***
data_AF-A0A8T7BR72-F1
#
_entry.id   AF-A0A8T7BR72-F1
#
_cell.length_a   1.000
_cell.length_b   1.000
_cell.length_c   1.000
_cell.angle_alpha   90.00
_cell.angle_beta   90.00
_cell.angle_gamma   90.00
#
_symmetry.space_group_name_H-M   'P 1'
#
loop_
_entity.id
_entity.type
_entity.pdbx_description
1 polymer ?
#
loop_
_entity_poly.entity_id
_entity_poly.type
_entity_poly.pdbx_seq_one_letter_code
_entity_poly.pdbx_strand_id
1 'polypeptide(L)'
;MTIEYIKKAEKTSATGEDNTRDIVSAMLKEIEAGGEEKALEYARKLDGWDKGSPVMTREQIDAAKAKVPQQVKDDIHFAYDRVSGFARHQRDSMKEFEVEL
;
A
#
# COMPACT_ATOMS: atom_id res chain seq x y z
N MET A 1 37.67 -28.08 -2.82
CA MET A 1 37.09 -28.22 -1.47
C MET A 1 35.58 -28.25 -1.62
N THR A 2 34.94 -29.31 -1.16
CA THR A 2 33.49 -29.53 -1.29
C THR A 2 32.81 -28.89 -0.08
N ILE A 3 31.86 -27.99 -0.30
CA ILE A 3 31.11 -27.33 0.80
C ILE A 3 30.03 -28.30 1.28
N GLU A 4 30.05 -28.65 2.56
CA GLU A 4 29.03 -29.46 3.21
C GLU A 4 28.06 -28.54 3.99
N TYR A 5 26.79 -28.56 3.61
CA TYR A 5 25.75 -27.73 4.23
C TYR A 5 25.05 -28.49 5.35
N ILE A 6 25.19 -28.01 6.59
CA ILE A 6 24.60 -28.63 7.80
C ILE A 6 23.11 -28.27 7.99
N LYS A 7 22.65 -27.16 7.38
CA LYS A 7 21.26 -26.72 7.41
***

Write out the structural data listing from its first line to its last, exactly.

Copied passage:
data_AF-A0A8T7BR72-F1
#
_entry.id   AF-A0A8T7BR72-F1
#
_cell.length_a   1.000
_cell.length_b   1.000
_cell.length_c   1.000
_cell.angle_alpha   90.00
_cell.angle_beta   90.00
_cell.angle_gamma   90.00
#
_symmetry.space_group_name_H-M   'P 1'
#
loop_
_entity.id
_entity.type
_entity.pdbx_description
1 polymer ?
#
loop_
_entity_poly.entity_id
_entity_poly.type
_entity_poly.pdbx_seq_one_letter_code
_entity_poly.pdbx_strand_id
1 'polypeptide(L)'
;MTIEYIKKAEKTSATGEDNTRDIVSAMLKEIEAGGEEKALEYARKLDGWDKGSPVMTREQIDAAKAKVPQQVKDDIHFAYDRVSGFARHQRDSMKEFEVEL
;
A
#
# COMPACT_ATOMS: atom_id res chain seq x y z
N MET A 1 37.67 -28.08 -2.82
CA MET A 1 37.09 -28.22 -1.47
C MET A 1 35.58 -28.25 -1.62
N THR A 2 34.94 -29.31 -1.16
CA THR A 2 33.49 -29.53 -1.29
C THR A 2 32.81 -28.89 -0.08
N ILE A 3 31.86 -27.99 -0.30
CA ILE A 3 31.11 -27.33 0.80
C ILE A 3 30.03 -28.30 1.28
N GLU A 4 30.05 -28.65 2.56
CA GLU A 4 29.03 -29.46 3.21
C GLU A 4 28.06 -28.54 3.99
N TYR A 5 26.79 -28.56 3.61
CA TYR A 5 25.75 -27.73 4.23
C TYR A 5 25.05 -28.49 5.35
N ILE A 6 25.19 -28.01 6.59
CA ILE A 6 24.60 -28.63 7.80
C ILE A 6 23.11 -28.27 7.99
N LYS A 7 22.65 -27.16 7.38
CA LYS A 7 21.26 -26.72 7.41